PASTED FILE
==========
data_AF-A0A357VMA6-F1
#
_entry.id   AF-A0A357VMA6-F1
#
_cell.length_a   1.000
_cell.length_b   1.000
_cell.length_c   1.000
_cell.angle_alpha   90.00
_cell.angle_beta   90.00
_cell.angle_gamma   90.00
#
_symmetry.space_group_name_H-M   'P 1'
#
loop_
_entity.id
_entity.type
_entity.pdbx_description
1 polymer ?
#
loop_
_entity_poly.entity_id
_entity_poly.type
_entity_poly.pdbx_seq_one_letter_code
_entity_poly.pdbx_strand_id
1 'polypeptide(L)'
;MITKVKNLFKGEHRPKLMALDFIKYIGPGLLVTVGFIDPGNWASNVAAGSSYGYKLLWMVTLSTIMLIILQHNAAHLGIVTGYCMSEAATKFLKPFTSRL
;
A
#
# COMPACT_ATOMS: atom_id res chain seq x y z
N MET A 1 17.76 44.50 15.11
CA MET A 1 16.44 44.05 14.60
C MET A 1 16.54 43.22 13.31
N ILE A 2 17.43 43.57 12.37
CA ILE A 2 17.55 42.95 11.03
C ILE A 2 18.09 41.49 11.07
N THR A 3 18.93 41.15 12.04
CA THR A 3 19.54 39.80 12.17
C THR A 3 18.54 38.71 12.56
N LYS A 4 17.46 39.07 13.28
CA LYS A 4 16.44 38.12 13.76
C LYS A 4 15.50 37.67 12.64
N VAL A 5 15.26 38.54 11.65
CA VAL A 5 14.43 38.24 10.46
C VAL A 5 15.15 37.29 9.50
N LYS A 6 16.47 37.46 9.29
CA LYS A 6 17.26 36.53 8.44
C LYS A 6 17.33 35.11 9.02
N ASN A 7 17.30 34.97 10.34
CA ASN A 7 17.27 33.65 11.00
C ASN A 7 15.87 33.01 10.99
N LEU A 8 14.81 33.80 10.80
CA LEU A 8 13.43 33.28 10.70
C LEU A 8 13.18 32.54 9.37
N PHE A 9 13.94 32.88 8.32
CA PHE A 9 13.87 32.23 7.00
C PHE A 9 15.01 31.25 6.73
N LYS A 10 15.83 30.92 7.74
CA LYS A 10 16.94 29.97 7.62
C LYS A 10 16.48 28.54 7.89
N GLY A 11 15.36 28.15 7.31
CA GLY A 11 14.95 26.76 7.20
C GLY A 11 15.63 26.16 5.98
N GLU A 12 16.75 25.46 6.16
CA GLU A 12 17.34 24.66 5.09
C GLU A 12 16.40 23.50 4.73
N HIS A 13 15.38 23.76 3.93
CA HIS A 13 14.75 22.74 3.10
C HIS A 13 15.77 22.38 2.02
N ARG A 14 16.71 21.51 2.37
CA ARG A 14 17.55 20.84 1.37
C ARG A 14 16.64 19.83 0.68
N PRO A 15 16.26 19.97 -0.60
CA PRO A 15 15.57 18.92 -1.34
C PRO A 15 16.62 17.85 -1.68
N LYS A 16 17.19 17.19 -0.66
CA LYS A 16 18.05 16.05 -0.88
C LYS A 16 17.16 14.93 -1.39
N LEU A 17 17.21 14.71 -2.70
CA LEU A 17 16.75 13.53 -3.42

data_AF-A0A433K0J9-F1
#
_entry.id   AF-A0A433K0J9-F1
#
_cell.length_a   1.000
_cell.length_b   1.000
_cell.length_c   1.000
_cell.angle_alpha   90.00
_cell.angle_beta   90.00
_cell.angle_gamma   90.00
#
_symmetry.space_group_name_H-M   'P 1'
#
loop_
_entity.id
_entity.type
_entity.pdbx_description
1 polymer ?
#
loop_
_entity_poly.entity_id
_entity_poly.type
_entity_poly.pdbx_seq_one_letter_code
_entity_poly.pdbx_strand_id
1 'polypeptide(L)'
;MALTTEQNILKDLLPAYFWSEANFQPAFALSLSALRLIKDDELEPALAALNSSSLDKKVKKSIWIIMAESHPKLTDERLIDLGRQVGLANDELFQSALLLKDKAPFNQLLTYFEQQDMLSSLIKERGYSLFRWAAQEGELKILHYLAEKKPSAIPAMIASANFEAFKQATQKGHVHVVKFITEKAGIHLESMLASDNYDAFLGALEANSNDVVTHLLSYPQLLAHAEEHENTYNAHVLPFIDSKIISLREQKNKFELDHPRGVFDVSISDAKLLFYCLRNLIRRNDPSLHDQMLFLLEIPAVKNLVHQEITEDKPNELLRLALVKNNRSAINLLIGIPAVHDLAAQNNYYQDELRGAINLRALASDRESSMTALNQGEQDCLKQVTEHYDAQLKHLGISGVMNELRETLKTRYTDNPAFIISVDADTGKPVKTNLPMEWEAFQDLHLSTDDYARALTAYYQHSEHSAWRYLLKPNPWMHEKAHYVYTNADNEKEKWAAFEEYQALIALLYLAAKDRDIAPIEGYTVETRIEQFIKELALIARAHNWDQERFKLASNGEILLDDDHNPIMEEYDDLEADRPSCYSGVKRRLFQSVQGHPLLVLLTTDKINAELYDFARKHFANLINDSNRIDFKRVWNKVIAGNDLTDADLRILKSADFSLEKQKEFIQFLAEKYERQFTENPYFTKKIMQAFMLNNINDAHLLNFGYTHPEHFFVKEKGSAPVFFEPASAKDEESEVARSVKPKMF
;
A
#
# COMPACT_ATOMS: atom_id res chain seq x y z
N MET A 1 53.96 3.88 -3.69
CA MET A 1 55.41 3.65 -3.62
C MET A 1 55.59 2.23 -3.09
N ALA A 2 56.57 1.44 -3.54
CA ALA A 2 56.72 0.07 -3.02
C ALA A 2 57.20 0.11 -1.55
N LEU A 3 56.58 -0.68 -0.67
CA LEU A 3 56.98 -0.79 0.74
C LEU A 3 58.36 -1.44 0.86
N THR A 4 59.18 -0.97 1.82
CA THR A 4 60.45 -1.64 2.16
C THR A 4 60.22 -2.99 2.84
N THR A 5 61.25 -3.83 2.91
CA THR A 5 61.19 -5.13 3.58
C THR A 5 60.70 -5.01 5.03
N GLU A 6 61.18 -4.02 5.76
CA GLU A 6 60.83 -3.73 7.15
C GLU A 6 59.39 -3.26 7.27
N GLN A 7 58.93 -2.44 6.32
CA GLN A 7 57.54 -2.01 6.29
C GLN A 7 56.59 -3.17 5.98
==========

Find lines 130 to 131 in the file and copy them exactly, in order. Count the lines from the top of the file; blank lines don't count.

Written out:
CA GLN A 7 57.54 -2.01 6.29
C GLN A 7 56.59 -3.17 5.98